Abby N. Virio, Staff Writer

On Feb. 22, Federal Judge Gray Miller in Houston, Texas ruled that the Selective Service Act, commonly known as the draft, should include both men and women. The case was brought by men’s rights group The National Coalition for Men, who hoped to overturn the historic precedent which excludes women from mandatory service in the military.

Currently, the Selective Service Act only refers to “male persons,” in stating who must register for the draft at age 18.  For more information regarding the draft requirements, visit the SSS webpage.

However, in light of changing restrictions within the military allowing women to perform combat operations, men’s rights activists make the argument that women should now equally bear the burden of the draft.

The federal ruling in Texas is not the first time women’s military participation has reached the courts. In 1980, President Jimmy Carter sought the activation of the draft and advised Congress to revisit the specifications of the draft to include women in specific competences. Congress chose not to do so. In a lawsuit brought by several men in 1981, a three-judge District Court held that the decision on who to draft rightfully belonged to Congress and did not violate the Fifth Amendment. According to the case, known as Rockster v. Goldberg, Congress has the power to determine the specific needs of the U.S. military and who should fill them as a matter of military need, not equality of the sexes (read more at Cornell’s Law library). The Clinton administration also revisited the concept of a female draft but decided against, citing the exclusion of women from combat roles.

In December 2015, Defense Secretary Ash Carter announced that the Department of Defense would remove all gender-based restrictions on military service. This process is ongoing. In response, men’s rights activists assert that if women can perform all the same duties as men within the military, including combat roles, women should share equal burden of the draft. The Texas ruling specifically cites fines imposed upon those who do not register for the draft as example of this burden.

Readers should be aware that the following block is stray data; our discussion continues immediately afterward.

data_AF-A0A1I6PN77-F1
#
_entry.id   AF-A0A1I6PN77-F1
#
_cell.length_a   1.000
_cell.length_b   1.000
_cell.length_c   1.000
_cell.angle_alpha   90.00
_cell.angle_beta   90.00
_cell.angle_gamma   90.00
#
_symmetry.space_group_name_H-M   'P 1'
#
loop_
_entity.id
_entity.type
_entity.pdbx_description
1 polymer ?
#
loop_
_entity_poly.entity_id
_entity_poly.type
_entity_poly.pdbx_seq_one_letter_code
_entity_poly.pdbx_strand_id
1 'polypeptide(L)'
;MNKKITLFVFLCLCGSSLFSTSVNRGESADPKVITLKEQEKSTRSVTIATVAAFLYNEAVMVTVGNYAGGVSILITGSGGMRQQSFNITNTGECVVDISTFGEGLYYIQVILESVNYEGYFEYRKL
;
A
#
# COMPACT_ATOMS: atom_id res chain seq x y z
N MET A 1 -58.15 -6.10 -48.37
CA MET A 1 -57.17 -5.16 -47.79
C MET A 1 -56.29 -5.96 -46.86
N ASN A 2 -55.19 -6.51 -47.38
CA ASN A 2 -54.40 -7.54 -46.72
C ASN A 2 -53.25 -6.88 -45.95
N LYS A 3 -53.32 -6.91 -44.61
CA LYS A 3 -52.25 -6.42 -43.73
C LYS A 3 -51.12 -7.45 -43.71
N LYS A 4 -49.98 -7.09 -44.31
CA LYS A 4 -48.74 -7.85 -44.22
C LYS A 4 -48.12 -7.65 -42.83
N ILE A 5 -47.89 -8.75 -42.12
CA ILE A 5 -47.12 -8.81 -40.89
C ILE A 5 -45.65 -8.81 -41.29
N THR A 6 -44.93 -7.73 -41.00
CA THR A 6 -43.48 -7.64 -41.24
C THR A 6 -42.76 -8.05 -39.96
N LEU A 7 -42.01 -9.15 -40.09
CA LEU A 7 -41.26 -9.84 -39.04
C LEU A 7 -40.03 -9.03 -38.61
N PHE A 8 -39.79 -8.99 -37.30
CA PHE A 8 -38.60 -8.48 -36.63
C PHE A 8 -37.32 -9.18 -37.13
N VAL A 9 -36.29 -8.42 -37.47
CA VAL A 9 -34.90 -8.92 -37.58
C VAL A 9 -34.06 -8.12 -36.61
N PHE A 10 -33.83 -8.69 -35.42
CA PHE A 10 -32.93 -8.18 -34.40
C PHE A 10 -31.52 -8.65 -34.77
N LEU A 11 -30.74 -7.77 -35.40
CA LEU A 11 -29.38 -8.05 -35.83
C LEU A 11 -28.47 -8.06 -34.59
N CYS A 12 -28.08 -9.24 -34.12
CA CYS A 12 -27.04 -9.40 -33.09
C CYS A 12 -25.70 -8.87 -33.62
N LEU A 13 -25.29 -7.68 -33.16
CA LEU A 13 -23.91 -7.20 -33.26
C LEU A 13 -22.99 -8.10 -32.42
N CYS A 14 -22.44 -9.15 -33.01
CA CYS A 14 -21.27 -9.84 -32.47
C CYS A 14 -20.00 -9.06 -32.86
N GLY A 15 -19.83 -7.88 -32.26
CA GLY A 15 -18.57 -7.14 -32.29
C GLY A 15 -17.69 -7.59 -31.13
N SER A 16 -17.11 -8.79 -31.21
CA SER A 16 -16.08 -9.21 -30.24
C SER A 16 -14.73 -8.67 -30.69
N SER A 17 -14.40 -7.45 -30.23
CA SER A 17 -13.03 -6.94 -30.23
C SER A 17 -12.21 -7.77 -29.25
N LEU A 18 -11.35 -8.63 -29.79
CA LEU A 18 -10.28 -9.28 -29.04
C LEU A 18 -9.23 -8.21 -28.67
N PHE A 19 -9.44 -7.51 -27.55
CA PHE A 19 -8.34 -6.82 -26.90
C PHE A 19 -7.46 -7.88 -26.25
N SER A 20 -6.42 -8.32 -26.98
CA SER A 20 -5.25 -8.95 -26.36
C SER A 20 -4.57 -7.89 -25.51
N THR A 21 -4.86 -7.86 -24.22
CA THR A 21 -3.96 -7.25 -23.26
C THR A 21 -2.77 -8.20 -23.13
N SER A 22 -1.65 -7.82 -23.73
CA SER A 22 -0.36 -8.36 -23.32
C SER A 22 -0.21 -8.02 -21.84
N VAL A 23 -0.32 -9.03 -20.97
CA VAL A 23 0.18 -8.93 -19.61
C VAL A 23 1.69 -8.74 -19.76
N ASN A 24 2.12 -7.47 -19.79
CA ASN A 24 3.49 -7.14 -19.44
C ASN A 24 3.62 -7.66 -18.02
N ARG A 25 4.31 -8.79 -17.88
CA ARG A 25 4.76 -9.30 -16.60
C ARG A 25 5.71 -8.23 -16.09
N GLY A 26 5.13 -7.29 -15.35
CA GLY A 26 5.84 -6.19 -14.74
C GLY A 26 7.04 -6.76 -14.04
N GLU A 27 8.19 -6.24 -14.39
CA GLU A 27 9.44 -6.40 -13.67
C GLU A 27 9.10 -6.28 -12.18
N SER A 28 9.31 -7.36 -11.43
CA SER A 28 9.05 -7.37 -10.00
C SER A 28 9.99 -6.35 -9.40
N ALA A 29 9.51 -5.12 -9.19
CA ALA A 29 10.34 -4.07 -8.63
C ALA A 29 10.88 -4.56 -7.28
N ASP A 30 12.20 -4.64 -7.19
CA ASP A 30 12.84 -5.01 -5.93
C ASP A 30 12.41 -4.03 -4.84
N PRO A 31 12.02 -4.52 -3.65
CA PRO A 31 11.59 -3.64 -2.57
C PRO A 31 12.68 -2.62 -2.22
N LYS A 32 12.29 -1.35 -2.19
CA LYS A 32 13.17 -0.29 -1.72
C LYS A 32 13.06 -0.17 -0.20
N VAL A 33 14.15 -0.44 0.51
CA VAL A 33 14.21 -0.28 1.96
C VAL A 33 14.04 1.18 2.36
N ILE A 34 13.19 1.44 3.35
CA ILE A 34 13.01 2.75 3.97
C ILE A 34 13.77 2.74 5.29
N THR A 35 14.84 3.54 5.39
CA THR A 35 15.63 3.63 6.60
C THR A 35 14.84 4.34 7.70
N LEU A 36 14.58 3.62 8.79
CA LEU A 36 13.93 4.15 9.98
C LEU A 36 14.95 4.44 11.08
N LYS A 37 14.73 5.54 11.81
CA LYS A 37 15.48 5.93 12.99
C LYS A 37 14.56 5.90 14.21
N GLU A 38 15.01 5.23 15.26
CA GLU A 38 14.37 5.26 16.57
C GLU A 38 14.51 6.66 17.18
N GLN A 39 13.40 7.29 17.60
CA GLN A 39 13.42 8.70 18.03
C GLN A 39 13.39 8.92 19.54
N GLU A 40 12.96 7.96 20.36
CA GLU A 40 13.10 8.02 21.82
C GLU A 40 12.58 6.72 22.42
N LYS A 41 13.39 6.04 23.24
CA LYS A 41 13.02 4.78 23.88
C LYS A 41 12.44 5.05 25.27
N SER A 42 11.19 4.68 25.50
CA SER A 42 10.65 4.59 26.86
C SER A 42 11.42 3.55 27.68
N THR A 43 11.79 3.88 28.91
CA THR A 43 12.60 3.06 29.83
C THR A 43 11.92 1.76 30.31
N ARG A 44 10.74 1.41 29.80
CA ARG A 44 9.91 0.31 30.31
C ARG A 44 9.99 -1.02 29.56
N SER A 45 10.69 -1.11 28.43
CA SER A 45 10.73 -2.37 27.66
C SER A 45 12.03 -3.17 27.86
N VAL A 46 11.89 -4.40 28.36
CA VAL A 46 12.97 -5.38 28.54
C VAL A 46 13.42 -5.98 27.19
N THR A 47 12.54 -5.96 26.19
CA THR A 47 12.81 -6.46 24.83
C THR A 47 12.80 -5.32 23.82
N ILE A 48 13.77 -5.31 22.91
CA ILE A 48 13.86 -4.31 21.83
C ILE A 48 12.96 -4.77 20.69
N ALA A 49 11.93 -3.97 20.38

Critics of the ruling cite concerns beyond combat roles. D.C. McAllister, writer for the conservative outlet “The Federalist,” rammed political correctness and feminists in her op-ed criticizing the decision. “It’s one thing for women who want to volunteer for such service, but it is another thing entirely to require all women to do the same… Fighting to protect their homeland is their duty as men, while maintaining the homeland is the duty of women. That’s not on account of societal norms but the dictates of nature,” McAllister wrote.

Other critics question whether the decision has real-life implications, as a draft has not been issued since 1973 during the Vietnam War. To this day, drafts remain extremely unpopular. The issue is further complicated by the experiences of women currently in military service. In 2018, CNN reported on rampant sexual assault of women in the military, claiming that “1 in 4 women are assaulted by someone in their chain of command.” Such allegations support the idea that women and men do not share equal experiences within the military at this time.

Proponents of drafting women claim that expanding Selective Service registration to include women would earn respect for American women. In 2016, liberal outlet “HuffPost” listed nine reasons the draft should include women. Reasons included equal pay, leadership opportunities, a sense of community engagement, and disproving the belief that women have lesser or different capabilities from men.

Regardless of opinion, women will not be signing up for the draft anytime soon. The Houston court ruling was only declaratory, not injunctive. This means no actions will be taken to correct draft requirements, only a declaration of the rights of the plaintiff. Furthermore, the Houston court ruling will need to jump through more hoops, including certain appeals and a potential Supreme Court weigh-in. Judge Miller made clear that the separation of powers and ripeness doctrine complicate the case. Due to the fact that Congress has been vested the power to decide who to draft, and that revising the draft is under consideration in Congress, the case may not be suitable to continue through the court system. If the case does reach the Supreme Court, the ruling appears unlikely to stand. The current Roberts Court has a strong conservative leaning, in addition to precedent arising from Rockster v. Goldberg.

Read the official ruling here.